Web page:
Amidst the current health crisis, many people have now shifted to a remote work setting. This set-up is an attractive option for many, but for the 14 million disabled people in the UK, working remotely opens the door to so many great opportunities.
What’s remote work?
Remote work essentially means that you can work from anywhere, as long as you have a computer and an internet connection. You can head over to a café or a coworking space if you want to shake things up.
The flexibility that comes with remote working can do a world of good for disabled workers. First, it takes away the struggle of unpleasantly commuting every day to work. And the skills needed for most remote work jobs are very attainable. For instance, we previously shared on our list of the ‘Top 5 Skills Students Can Develop Online‘ that key skills like cloud computing, programming, and copywriting can all be cultivated online.
Most importantly, it makes it easier for you to balance your workload and caring for your disabilities. Although there’s a still long way to go for disabled workers, working remotely is a big step for growth.
Top tips for remote working
While remote work may be more convenient, it’s important to remember that it’s a still job at the end of the day. If you’re taking on your first remote job, here’s what you need to know in order to succeed.
1. Stick to a schedule
Although remote work often comes with the perk of flexible hours, it’s important to be smart with how you use them. After all, life at home can get rather busy as well — whether it’s interacting with other household members or making sure the larder is well-stocked. This is why you should consider crafting a schedule for your workdays. It’s a great way to keep yourself organised and focused on getting your work done.
But of course, there’s no one-size-fits-all routine, since we all carry different roles and responsibilities. Productivity expert Elizabeth Larkin points out that you should write down all your daily duties to help you structure your day. From there, figure out what time of the day you’re most productive, so you can properly schedule the other tasks around it.
2. Have a separate workstation
The trouble with being a remote worker is that there’s literally no separation from where you work and where you rest. It’s essential to simulate a work environment as much as possible, which is why Pain Free Working’s wellness team recommends having a dedicated workspace in your home. This allows you to gain momentum and put you in the zone, while also setting boundaries for work and play. Even if you don’t have a spare room to set up an office space, something as simple as choosing a specific desk or spot to work can help you get settled into your new home office. To paint a clearer picture, here are some ways to build a productive workspace:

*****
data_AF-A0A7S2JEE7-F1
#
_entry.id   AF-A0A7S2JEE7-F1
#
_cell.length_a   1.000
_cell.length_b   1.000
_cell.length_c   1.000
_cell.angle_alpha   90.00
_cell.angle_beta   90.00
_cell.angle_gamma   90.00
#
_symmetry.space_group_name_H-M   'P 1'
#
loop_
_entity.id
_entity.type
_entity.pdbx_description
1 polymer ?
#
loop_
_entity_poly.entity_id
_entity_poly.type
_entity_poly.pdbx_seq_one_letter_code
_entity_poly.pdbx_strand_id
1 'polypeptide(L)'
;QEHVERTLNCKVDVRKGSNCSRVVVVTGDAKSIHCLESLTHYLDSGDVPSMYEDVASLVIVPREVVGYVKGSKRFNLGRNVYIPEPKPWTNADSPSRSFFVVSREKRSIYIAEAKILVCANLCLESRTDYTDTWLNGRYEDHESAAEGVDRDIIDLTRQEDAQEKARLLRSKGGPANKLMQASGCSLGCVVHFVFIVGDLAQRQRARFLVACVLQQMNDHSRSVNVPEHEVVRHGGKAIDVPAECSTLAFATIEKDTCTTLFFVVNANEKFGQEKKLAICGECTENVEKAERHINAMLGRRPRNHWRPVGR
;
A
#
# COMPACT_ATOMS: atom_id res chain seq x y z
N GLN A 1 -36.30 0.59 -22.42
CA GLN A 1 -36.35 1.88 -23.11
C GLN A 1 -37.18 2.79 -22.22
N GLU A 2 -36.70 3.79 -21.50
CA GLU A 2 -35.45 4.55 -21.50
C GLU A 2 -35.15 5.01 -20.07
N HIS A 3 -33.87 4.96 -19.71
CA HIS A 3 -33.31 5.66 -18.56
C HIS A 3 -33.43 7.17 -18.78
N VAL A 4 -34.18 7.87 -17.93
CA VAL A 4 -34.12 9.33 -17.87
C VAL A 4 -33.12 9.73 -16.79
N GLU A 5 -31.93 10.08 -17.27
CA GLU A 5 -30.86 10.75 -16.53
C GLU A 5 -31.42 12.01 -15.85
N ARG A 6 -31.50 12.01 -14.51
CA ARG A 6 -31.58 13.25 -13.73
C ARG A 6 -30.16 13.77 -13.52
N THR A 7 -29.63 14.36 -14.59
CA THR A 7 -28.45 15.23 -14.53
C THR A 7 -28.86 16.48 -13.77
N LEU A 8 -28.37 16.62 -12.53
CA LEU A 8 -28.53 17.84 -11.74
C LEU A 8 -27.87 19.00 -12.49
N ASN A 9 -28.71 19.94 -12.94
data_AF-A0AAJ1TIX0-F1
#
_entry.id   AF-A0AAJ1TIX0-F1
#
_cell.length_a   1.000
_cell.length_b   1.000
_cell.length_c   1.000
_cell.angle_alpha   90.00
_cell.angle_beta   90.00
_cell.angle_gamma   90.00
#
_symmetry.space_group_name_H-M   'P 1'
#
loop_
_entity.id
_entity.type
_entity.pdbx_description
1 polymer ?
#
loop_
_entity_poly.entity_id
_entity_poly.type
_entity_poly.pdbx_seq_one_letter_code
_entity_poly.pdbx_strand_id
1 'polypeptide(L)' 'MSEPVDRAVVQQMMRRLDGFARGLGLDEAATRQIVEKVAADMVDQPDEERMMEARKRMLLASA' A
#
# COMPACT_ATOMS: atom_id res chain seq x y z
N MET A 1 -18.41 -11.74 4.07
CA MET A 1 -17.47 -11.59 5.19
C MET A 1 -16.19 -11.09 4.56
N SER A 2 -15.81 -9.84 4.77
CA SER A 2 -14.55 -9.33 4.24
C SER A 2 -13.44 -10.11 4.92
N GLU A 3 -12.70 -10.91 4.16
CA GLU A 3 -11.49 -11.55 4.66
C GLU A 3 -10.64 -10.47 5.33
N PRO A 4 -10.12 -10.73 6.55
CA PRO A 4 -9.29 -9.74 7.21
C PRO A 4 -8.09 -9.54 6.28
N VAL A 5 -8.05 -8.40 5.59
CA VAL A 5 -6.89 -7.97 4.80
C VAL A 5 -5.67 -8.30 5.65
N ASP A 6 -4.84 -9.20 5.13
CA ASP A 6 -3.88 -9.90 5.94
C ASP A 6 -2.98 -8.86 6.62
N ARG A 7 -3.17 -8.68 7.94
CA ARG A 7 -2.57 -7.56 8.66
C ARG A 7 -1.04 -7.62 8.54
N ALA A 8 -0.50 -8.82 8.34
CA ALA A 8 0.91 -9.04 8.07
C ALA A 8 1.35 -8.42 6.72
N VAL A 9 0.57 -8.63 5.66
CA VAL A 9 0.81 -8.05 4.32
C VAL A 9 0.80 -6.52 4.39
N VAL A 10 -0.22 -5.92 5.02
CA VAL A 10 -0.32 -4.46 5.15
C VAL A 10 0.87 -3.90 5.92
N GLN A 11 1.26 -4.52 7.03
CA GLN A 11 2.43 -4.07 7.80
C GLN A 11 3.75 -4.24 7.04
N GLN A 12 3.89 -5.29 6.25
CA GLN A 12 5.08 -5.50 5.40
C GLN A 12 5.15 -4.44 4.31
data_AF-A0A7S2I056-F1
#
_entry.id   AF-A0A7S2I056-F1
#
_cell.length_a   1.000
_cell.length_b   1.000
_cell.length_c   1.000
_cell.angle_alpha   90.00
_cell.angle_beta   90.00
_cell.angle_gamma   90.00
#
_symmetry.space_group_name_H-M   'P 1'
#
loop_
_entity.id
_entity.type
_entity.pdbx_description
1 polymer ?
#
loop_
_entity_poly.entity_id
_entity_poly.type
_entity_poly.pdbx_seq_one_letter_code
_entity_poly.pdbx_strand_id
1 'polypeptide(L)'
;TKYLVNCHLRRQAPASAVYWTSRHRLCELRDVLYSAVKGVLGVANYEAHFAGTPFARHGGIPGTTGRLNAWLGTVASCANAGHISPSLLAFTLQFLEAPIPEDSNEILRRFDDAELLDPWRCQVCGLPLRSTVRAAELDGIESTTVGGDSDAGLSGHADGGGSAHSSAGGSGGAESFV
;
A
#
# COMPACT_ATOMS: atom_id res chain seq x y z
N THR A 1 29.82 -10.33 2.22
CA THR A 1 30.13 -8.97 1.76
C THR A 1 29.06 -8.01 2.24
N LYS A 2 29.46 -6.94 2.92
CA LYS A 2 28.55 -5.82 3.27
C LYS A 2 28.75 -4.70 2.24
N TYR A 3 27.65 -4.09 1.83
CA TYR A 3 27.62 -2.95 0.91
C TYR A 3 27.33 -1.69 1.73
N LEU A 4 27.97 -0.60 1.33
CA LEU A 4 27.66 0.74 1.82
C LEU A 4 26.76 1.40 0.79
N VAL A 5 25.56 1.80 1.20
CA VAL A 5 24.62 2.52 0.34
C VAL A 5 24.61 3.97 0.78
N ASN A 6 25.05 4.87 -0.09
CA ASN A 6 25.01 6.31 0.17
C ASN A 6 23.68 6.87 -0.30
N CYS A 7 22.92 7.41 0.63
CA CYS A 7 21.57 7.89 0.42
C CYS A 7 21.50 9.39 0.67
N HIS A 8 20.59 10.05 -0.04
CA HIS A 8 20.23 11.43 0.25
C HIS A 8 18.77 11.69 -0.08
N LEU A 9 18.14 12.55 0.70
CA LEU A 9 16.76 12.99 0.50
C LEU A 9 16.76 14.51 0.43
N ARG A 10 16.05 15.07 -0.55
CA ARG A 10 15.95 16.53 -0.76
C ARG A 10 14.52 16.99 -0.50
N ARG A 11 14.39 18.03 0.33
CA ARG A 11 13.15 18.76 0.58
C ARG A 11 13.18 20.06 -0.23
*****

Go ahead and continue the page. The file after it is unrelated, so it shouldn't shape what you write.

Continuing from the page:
• Pick a spot that invites light.
• Have a chair that provides support.
• Use a laptop stand to prevent neck and back pain.
• Keep your desk clutter-free but make sure files are within your reach.
• Add a plant to breathe more life into your space.
3. Know when to unplug
As we mentioned, the flexibility of remote work can be tricky to navigate. And one of the most common challenges that remote workers face is that you can quickly feel burned out since it’s so much easier to overwork yourself. While going the extra mile is a great display of dedication, don’t forget that stress isn’t synonymous with success. In fact, the London Hazards Centre’s David Hardman reveals that overworking yourself could result in major health problems like stroke, heart disease, and mental health issues. To avoid burning yourself out, here’s what you can do to unplug:
• Once done with your work tasks, avoid your workplace and just relax in the comfort of your home.
• Set more boundaries by having a go-to activity you can revel in, such as cooking, exercising, or even listening to a podcast.
• Make sure to take breaks in between tasks to keep yourself grounded.
4. Have a support system
When it comes to remote work, your social interactions with your colleagues will be done merely through online channels. This can feel isolating at times, and even affect your overall disposition at home. Thankfully, you can always lean on your family and friends for emotional support. Think about whom you can turn to for different problems that you may encounter — from struggling with your disability to feeling anxious with your workload. Alternatively, why not try to befriend a coworker? Overall, having a support system will help you build the confidence you need as a remote worker.
After working as a human resources manager, Gemma Groves now devotes her time as a freelance writer based in Cheshire. When she’s not busy reading up on the latest business trends, you can find her tending to her indoor garden at her flat.
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